Learning a new language


While at least 80% of students across Europe learn a foreign language, in Canada, only around 19% [according to census] speak something other than the two official languages, English and French.

 

While speaking a second or even third language can come in handy when you’re travelling, to work internationally, or to communicate with your older relatives, it’s believed it also helps improve the brain’s cognitive ability, helps with multitasking and even delays the onset of symptoms of dementia.

 

So, if you’re looking to learn another language, which ones should you consider?

 

·       Mandarin: With China’s economy likely to overtake the US’s by the end of this decade, learning Mandarin is a smart choice to increase business opportunities in the future. While it’s considered one of the more difficult languages to learn in the West — Chinese characters and tones can be particularly challenging — the language’s grammar will be more familiar to English speakers, with simple sentence structure and few gender-based words, unlike many European languages.

 

·       Spanish: With nearly half a billion native speakers around the world, learning Spanish is a great idea for broadening your horizons all around Central and South America (except Brazil), in Spain of course, as well as with growing numbers of Spanish-speakers living in North America. Spanish pronunciation is straightforward — it usually sounds the way it’s spelled — and, because it’s a Romance language derived from Latin, English speakers will find many Spanish words familiar, for instance: bicicleta, elegante and futbol,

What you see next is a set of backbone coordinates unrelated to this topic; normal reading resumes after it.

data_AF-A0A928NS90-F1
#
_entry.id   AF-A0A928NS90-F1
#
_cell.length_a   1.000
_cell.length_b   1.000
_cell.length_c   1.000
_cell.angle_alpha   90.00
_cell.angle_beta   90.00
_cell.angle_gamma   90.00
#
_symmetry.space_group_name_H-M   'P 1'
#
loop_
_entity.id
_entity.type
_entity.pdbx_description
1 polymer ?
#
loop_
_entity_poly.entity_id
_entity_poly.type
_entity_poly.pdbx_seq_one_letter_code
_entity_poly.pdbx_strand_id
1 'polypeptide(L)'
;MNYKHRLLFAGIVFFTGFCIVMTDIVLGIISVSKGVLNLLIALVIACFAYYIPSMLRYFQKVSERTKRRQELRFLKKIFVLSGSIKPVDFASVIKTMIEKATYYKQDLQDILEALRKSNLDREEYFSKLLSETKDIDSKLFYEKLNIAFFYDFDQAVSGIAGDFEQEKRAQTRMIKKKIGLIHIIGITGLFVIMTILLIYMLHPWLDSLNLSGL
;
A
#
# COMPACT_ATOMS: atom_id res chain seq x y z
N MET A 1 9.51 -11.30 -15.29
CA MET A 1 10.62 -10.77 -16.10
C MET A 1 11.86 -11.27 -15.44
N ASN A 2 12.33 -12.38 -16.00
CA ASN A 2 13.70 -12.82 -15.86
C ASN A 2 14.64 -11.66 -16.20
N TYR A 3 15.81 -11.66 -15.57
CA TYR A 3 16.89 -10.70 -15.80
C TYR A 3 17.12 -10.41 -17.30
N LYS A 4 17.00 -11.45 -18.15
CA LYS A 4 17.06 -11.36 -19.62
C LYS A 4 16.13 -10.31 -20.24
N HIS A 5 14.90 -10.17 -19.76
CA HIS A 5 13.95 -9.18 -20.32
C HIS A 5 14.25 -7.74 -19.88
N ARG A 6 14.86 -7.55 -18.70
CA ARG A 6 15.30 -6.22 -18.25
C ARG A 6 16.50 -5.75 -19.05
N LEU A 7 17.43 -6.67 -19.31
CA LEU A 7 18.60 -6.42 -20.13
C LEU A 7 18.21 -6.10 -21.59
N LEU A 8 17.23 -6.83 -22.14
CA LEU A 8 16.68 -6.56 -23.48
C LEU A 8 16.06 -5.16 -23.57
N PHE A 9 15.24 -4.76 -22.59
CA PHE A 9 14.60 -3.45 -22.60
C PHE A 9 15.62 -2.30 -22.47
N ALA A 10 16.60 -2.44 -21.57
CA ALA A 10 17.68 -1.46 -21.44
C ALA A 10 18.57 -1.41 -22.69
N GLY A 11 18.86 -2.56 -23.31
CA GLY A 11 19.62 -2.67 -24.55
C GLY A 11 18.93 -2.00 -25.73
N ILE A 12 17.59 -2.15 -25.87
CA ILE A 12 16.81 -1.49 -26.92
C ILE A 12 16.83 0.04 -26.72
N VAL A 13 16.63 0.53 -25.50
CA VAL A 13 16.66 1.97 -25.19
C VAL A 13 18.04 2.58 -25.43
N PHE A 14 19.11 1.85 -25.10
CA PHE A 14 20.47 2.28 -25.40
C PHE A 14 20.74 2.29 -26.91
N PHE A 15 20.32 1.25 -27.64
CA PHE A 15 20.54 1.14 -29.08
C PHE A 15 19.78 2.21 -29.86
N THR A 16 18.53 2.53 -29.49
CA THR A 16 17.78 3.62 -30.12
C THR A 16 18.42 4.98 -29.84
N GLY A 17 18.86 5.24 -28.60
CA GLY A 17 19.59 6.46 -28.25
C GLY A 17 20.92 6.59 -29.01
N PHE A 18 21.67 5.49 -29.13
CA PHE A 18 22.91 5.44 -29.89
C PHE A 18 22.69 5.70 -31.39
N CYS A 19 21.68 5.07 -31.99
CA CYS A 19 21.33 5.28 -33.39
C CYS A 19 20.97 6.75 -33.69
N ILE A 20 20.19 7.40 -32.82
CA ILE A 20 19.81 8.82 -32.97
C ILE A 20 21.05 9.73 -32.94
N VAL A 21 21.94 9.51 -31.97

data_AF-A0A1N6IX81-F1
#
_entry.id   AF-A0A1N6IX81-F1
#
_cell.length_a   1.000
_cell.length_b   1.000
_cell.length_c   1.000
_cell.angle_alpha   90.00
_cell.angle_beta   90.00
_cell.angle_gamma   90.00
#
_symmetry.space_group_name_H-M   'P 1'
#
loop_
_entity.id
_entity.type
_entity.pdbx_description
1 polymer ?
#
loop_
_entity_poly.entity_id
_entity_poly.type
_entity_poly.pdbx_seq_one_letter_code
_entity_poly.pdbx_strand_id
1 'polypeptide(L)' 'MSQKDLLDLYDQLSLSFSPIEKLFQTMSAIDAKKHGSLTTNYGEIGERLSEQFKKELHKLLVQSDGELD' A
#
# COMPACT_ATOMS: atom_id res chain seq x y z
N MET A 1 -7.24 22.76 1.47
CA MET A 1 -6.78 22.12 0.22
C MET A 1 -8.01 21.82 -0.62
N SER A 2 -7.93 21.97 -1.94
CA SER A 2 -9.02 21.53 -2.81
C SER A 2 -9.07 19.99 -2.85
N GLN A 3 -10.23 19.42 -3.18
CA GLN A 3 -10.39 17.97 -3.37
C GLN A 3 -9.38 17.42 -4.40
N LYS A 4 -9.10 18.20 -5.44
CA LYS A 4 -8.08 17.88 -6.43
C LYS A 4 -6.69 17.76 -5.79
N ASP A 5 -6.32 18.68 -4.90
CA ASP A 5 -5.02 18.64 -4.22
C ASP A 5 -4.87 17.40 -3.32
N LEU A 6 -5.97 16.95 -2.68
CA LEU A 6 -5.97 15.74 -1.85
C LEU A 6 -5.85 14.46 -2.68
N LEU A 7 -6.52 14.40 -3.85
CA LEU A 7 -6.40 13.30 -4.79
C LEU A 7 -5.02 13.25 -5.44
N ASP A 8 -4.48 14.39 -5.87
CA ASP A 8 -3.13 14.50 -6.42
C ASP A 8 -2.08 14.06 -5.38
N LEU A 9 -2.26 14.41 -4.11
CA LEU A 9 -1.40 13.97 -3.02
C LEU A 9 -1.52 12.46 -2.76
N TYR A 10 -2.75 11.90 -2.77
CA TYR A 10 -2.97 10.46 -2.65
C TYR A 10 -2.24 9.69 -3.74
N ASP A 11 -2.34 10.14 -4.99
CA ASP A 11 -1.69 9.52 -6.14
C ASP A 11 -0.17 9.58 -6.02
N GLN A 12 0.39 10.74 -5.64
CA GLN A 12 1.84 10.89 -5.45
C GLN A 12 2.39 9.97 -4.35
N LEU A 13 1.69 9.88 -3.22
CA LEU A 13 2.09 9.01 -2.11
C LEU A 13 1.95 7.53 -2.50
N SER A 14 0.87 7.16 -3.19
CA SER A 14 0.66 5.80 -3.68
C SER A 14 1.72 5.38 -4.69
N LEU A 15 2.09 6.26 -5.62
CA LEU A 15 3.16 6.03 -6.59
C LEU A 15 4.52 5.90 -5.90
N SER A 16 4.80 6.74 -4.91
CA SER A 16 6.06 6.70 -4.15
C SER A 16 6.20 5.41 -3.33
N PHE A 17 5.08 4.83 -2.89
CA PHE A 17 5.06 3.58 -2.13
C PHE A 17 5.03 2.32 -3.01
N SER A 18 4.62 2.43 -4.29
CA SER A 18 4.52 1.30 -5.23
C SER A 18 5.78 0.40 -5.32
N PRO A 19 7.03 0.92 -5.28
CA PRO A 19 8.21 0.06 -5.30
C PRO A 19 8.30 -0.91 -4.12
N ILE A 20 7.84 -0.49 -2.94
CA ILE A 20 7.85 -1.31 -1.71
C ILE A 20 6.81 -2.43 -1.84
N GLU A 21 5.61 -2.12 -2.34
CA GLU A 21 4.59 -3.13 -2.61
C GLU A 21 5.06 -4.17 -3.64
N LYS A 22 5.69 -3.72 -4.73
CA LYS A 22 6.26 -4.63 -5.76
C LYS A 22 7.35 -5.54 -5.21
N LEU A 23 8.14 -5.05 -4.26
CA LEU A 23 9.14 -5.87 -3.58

·       Arabic: Though it’s one of the top five languages in the world, Arabic can be hard for English speakers to learn. Not only does it have a non-Latin alphabet (which does share a common history with ours), like Hebrew, vowels are usually excluded, which can make it hard for beginners to decipher similarly spelled words. And, also like Hebrew, it’s written right to left, which can take getting used to. But with some 25 countries speaking one Arabic dialect or another, and Arabic speakers found throughout Europe and North America, it can be useful to learn.

 

·       Swahili: Considered one of the easier languages to learn (though not the easiest!), Swahili is widely used across eastern Africa and it’s a common second language for many Africans. Like Spanish, words are usually spelled the way they’re pronounced and it includes a lot of English loan words.

 

Have you learned a second or third language? How was the experience for you and do you find being multilingual useful? Share your experiences with the Shop Talk community – we always appreciate hearing from you!


Norwegian is the easiest language to learn

 

Well, that’s if you’re an English speaker. Norwegian is related to English, shares similar vocabulary and grammar. With a little attention, it’s not hard to figure out that “Kan du hjelpe meg?” means “Can you help me?” Congratulations — you’re learning Norwegian. (Source)

25 thoughts on “Learning a new language